Four years later, after a brief stint in the field of social work at Columbia University in their Mobilization for Youth program, he coded data on the activities of youth gangs in the city. But he finally acceded to a higher calling and he and his wife, Janice, moved to Michigan where he earned a bachelor’s degree from Central Michigan University. Then in rapid succession came a master’s degree in African Studies from Northwestern University, a certificate in African Studies from the school’s African Studies Center, and a Ph.D. from Union Institute & University.

As a graduate student at Northwestern University, he, like many highly informed students and activists in the late ’60s, was soon as much involved in the classroom as he was on the frontline protesting societal and academic inequities. In 1968, he led more than 100 students in a two-day sit-in demanding the university end its discrimination and improve conditions on campus. Out of this tumult came the creation of the school’s African American Studies Department.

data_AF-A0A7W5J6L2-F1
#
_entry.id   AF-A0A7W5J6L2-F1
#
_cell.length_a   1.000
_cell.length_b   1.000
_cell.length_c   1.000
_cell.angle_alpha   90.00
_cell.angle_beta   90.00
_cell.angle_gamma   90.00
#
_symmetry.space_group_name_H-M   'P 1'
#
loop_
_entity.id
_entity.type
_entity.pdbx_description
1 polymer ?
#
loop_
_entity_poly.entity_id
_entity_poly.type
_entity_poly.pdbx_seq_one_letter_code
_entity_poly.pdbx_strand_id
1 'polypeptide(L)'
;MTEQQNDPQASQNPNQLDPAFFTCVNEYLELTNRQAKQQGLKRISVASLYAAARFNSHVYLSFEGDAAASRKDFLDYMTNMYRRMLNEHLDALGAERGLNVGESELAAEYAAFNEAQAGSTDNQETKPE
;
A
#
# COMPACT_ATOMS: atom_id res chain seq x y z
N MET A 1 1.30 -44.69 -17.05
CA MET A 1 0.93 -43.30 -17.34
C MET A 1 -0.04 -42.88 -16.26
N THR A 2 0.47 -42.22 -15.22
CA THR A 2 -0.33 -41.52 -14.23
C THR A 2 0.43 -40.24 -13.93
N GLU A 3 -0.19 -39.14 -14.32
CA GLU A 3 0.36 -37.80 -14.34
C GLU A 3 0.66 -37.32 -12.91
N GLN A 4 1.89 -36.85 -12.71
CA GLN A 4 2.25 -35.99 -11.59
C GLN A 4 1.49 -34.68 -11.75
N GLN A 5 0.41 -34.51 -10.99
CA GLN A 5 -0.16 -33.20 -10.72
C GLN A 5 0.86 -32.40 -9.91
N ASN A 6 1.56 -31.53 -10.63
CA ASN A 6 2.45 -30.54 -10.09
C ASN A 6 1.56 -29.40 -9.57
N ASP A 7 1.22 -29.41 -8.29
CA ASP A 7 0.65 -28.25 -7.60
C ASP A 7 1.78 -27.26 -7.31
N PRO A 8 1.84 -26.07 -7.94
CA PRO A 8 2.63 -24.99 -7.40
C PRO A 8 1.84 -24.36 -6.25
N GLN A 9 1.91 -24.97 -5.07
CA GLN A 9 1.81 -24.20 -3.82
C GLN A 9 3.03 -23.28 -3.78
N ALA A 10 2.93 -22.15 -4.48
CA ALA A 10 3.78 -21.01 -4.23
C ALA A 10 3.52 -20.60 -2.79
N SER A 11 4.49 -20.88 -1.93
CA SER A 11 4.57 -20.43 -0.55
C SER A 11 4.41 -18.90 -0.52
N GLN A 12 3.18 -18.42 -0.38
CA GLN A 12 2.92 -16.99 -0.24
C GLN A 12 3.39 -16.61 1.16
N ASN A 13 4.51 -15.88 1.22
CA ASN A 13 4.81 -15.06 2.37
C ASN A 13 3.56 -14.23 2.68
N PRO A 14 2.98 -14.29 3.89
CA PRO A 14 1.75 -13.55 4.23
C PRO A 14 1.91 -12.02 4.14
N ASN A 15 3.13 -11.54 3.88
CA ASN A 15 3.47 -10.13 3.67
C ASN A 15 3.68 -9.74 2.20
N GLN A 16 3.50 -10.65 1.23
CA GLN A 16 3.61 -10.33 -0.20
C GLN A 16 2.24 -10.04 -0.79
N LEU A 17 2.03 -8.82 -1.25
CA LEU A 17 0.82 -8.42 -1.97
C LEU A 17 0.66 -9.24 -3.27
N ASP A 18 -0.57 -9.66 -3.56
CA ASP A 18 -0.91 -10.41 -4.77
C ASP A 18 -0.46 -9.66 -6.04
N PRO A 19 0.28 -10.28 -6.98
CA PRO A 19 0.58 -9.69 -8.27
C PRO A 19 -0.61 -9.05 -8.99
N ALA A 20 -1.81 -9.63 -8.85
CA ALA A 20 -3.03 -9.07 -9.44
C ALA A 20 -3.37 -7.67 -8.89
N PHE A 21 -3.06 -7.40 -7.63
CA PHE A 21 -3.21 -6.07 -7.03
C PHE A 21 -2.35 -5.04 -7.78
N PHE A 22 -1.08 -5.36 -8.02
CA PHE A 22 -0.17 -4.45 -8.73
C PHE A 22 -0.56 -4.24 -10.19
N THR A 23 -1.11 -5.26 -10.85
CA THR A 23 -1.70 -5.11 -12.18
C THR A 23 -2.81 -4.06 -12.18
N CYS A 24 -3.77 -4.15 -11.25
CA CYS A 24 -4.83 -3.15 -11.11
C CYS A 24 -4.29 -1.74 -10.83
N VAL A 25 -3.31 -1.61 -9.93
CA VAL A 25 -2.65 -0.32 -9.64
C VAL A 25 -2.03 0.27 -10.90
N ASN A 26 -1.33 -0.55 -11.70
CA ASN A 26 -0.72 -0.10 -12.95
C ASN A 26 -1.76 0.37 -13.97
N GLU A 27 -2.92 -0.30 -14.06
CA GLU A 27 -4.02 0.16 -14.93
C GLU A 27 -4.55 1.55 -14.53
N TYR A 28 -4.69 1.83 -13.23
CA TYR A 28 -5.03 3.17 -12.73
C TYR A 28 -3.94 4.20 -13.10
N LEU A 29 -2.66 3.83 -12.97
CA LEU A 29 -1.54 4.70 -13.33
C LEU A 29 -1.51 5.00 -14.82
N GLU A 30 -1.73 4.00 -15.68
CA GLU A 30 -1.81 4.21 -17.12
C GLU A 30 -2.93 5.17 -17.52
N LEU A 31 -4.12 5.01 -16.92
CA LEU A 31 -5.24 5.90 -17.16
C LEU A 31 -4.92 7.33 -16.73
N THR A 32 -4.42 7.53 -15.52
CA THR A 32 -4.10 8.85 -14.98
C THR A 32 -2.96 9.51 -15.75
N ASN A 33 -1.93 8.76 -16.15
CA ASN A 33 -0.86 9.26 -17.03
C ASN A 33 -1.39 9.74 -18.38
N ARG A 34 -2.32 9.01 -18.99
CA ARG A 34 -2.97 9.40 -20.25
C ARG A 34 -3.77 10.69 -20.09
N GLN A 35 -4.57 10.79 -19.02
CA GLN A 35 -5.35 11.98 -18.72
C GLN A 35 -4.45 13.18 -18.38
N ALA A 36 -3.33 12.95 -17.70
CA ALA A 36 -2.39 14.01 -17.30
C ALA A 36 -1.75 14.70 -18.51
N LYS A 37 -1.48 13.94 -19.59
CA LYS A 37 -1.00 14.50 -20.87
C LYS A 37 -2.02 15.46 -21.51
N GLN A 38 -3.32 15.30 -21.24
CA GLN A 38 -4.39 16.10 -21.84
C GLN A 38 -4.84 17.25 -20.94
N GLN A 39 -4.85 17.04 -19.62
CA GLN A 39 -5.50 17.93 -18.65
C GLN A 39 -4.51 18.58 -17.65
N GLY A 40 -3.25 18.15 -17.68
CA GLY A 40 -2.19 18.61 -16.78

With the momentum of Black Studies spreading across the country, James became a prominent speaker. After he delivered a profoundly moving speech at Howard University, the Cornell University administration in 1969 invited Dr. Turner to join the faculty where he became the founding director of the Africana Studies and Research Center. His appointment was the result of direct action by Black students who demanded that the university support the inclusion of Black Studies under Dr. Turner’s directorship. During his tenure, he created a space for the kind of intellectual discourse and “specialization of expertise” that students and young professionals had been waiting for. His work focused on designing curriculum; individual and group study opportunities; policy development; and recruiting and mentoring cadres of committed faculty who understood the critical importance of authenticity and truth in the continued development of scholarly work on Black life throughout the African Diaspora. The Center became a hub of education and intellectual productivity where generations of scholars and practitioners interacted and thrived. Dr. Turner treasured the relationships he nurtured with students, their families, colleagues, communities, and organizations. He was particularly thrilled to meet generations of students from the same family in some of his classes. This was a new venture for him and the school, and he let it be known upon acceptance to take the position that it would be one of “the most far-reaching, imaginative and creative programs in the country.” Embodied in this promise was one of the mottos he had adopted from Du Bois, and one that would inform his educational vision for the next generation or two, that “Our objective is to examine the record, clarify, and verify, the complexity and richness of the history and culture of African peoples.”